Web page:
Kasnaeny, Achmad Sudiro, Djumilah Hadiwidjojo, and Fatchur Rohman. ‘Hedonic and Utilitarian Motives of Coffee Shop Customer in Makassar, Indonesia’. European Journal of Business and Management 5, no. 25 (2013): 75–81. https://www.iiste.org/Journals/index.php/EJBM/article/view/8043

Liberles, Robert. Jews Welcome Coffee: Tradition and Innovation in Early Modern Germany. Massachusetts: Brandeis University Press, 2012.

Makhasin, Luthfi. ‘The Politics of Contending Piety: Naqshabandi-Haqqani Sufi Movement and the Struggle for Islamic Activism in Contemporary Indonesia’. The Australian National University, 2015.

Marranci, Gabriele. The Anthropology of Islam. Oxford and New York: BERG, 2008.

Mikhail, Alan. ‘The Heart’s Desire: Gender, Urban Space and the Ottoman Coffee House’. In Ottoman Tulips, Ottoman Coffee: Leisure and Lifestyle in the Eighteenth Century, edited by Dana Sajdi, 133–70. London and New York: Tauris Academic Studies, 2007.

Misbah, Aflahal. ‘Potret Lanskap Harmoni dalam Proses Propagasi Sufisme di Warung Kopi Yogyakarta’. Harmoni: Jurnal Multikultural & Multireligius 17, no. 1 (2018): 92–108. https://doi.org/https://doi.org/10.32488/harmoni.v17i1.286

Neilson, Jeffrey. ‘Embedded Geographies and Quality Construction in Sulawesi Coffee Commodity Chains’. University of Sydney, 2004.

Nelson, V, J Haggar, A Martin, J Donovan, E Borasino, W Hasyim, N Mhando, et al. Fairtrade Coffee: A Study to Assess the Impact of Fairtrade for Coffee Smallholders and Producer Organisations in Indonesia, Mexico, Peru and Tanzania. Chatham, UK: Natural Resources Institute, University of Greenwich, 2016.

Nurmila, Nina. Women, Islam and Everyday Life: Renegotiating Polygamy in Indonesia. London and New York: Routledge, 2009.

Oldenburg, Ray. ‘The Café as a Third Place’. In Café Society, edited by Aksel Tjora and Graham Scambler, 7–21. New York: Palgrave Macmillan, 2013.

Ompusunggu, Marthin Pangihutan, and Achmad Helmy Djawahir. ‘Gaya Hidup Dan Fenomena Perilaku Konsumen pada Warung Kopi di Malang’. Jurnal Aplikasi Manajemen 12, no. 2 (2014): 188–96. http://jurnaljam.ub.ac.id/index.php/jam/article/view/640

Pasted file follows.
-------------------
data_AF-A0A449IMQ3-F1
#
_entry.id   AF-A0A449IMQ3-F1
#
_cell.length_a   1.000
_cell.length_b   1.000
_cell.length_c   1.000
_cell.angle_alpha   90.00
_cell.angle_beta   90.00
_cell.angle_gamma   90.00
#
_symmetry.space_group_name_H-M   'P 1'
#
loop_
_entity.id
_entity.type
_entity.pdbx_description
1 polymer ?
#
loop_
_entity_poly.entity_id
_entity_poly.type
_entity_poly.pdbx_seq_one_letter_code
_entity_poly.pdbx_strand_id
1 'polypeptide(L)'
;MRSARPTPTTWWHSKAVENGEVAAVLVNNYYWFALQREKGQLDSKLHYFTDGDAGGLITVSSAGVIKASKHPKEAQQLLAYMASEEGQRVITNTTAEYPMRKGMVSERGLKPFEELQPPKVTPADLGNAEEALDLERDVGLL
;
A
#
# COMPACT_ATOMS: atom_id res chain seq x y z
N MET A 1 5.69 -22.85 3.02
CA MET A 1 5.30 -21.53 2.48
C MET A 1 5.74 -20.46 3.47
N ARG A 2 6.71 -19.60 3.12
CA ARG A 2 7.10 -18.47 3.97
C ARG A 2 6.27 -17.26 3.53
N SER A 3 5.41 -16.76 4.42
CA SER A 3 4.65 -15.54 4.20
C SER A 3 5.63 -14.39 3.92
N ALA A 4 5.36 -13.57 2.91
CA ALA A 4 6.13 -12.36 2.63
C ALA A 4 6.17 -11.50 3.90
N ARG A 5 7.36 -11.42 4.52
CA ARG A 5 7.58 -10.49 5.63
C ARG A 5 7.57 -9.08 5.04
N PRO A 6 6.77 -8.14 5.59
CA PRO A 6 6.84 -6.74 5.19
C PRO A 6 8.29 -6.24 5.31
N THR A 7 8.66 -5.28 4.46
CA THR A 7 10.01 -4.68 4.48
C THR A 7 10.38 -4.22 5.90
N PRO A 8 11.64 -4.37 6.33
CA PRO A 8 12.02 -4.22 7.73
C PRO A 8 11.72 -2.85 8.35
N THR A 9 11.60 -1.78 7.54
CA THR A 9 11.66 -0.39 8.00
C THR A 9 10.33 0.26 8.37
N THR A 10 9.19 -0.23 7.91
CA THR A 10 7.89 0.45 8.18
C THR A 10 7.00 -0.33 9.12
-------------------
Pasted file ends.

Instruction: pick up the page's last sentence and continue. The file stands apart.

Oosterman, Jan. ‘Welcome to the Pleasure Dome. Play and Entertainment in Urban Public Space: The Example of The Sidewalk Cafe’. Built Environment 18, no. 2 (1992): 155–64. https://www.jstor.org/stable/23288363

Ors, Ilay. ‘Coffeehouses, Cosmopolitanism, and Pluralizing Modernities in Istanbul’. Journal of Mediterranean Studies 12, no. 1 (2002): 119–45. Project MUSE, muse.jhu.edu/article/670319

Rijal, Syamsul. ‘Habaib, Markets and Traditional Islamic Authority: The Rise of Arab Preachers in Contemporary Indonesia’. The Australian National University, 2016.

Sacy, Silvestre de. Kitab Alanis Almufid li Althalib Almustafid wa Jami’ Alsyadzur min Mandlzum wa Mantsur: Chrestomathie Arabe, Ou Extraits de Divers Écrivains Arabes, Tant En Prose Qu’en Vers, Avec Une Traduction Française et Des Notes. Seconde ed. Vol. 1. Paris: A L’Imprimerie Royale, 1826.

Said, Irwanti. ‘Warung Kopi dan Gaya Hidup Modern’. Jurnal Alkhitabah 3, no. 1 (2017): 33–47. http://journal.uin-alauddin.ac.id/index.php/Al-Khitabah/article/view/2920

Scott, Bernadette. ‘Scottish Café Society: Contemporary Consumption Issues and Lifestyle Identities’. International Journal of Contemporary Hospitality Management 18, no. 1 (2006): 60–68. http://dx.doi.org/10.1108/09596110610641984

Song, Jee Eun Regina. ‘The Soybean Paste Girl: The Cultural and Gender Politics of Coffee Consumption in Contemporary South Korea’. Journal of Korean Studies 19, no. 2 (2014): 429–48. https://www.jstor.org/stable/43923278

Sweetser, Heather Marie. ‘A Chapter in the History of Coffee: A Critical Edition and Translation of Murtada Alzabidi’s Epistle on Coffee’. The Ohio State University, 2012.

Syam, Hamdani M., Asnawi Muslem, and Bustami Usman. ‘A Survey on Young People’s Purposes and Communications Activities in Coffee Shops in Banda Aceh’. Humanities & Social Science Reviews 5, no. 2 (2017): 149–54. https://doi.org/10.18510/hssr.2017.5211

Triningsih, Endang. ‘Bandung’s Coffeehouse Cultures: A Study on the Change and Resilience of the City’s Localised Urbanity’. The University of Melbourne, 2018.

Yulianti, Yeni, Kusman Ibrahim, and Titis Kurniawan. ‘Effect of Wound Care Using Robusta Coffee Powders on Diabetic Ulcer Healing in Sekarwangi Hospital Sukabumi’. Padjadjaran Nursing Journal 6, no. 1 (2018): 68–76. http://jkp.fkep.unpad.ac.id/index.php/jkp/article/view/412

Yuwono, Hendro Sudjono. Coffee Powder for Wound Healing: The New Paradigm of Wound Management. Bandung: PT. Refika Aditama, 2013.

Zaimeche, Salah. ‘The Coffee Trail: A Muslim Beverage Exported to the West’. Manchester: Foundation for Science Technology and Civilization, 2003.

Zamhari, Arif. Rituals of Islamic Spirituality: A Study of Majlis Dhikr Groups in East Java. Canberra: ANU E-Press, 2010.

Article Statistic

Abstract view : 1201 times
PDF views : 833 times

Dimensions Metrics

Article History

Submited : 30 August 2018
Revised : 22 January 2019
Published : 31 December 2018

How To Cite This :


Creative Commons License
This work is licensed under a Creative Commons Attribution-NonCommercial 4.0 International License.